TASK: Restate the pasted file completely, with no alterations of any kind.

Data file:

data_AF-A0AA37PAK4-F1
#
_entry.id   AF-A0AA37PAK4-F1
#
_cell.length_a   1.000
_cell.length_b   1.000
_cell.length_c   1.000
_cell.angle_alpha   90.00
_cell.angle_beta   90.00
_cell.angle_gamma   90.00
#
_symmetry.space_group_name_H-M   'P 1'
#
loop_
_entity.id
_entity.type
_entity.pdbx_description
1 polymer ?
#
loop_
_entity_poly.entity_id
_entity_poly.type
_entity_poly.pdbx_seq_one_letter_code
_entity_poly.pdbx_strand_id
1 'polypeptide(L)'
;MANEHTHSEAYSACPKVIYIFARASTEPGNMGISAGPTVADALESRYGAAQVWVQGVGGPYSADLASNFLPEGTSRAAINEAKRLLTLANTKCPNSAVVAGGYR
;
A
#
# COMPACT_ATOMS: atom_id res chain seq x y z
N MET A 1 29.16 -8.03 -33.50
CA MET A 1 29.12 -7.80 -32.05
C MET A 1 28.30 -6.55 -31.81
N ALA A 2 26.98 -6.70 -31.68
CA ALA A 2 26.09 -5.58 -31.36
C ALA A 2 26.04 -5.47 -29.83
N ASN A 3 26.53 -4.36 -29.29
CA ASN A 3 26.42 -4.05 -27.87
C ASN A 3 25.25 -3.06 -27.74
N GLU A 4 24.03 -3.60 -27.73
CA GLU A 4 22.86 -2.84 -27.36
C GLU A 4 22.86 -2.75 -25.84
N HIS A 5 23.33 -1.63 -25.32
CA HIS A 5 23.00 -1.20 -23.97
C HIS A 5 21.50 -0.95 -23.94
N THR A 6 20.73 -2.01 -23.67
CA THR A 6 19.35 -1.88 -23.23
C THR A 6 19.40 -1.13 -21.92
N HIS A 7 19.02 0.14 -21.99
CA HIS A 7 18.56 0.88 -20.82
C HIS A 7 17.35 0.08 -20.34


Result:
data_AF-A0AA37PAK4-F1
#
_entry.id   AF-A0AA37PAK4-F1
#
_cell.length_a   1.000
_cell.length_b   1.000
_cell.length_c   1.000
_cell.angle_alpha   90.00
_cell.angle_beta   90.00
_cell.angle_gamma   90.00
#
_symmetry.space_group_name_H-M   'P 1'
#
loop_
_entity.id
_entity.type
_entity.pdbx_description
1 polymer ?
#
loop_
_entity_poly.entity_id
_entity_poly.type
_entity_poly.pdbx_seq_one_letter_code
_entity_poly.pdbx_strand_id
1 'polypeptide(L)'
;MANEHTHSEAYSACPKVIYIFARASTEPGNMGISAGPTVADALESRYGAAQVWVQGVGGPYSADLASNFLPEGTSRAAINEAKRLLTLANTKCPNSAVVAGGYR
;
A
#
# COMPACT_ATOMS: atom_id res chain seq x y z
N MET A 1 29.16 -8.03 -33.50
CA MET A 1 29.12 -7.80 -32.05
C MET A 1 28.30 -6.55 -31.81
N ALA A 2 26.98 -6.70 -31.68
CA ALA A 2 26.09 -5.58 -31.36
C ALA A 2 26.04 -5.47 -29.83
N ASN A 3 26.53 -4.36 -29.29
CA ASN A 3 26.42 -4.05 -27.87
C ASN A 3 25.25 -3.06 -27.74
N GLU A 4 24.03 -3.60 -27.73
CA GLU A 4 22.86 -2.84 -27.36
C GLU A 4 22.86 -2.75 -25.84
N HIS A 5 23.33 -1.63 -25.32
CA HIS A 5 23.00 -1.20 -23.97
C HIS A 5 21.50 -0.95 -23.94
N THR A 6 20.73 -2.01 -23.67
CA THR A 6 19.35 -1.88 -23.23
C THR A 6 19.40 -1.13 -21.92
N HIS A 7 19.02 0.14 -21.99
CA HIS A 7 18.56 0.88 -20.82
C HIS A 7 17.35 0.08 -20.34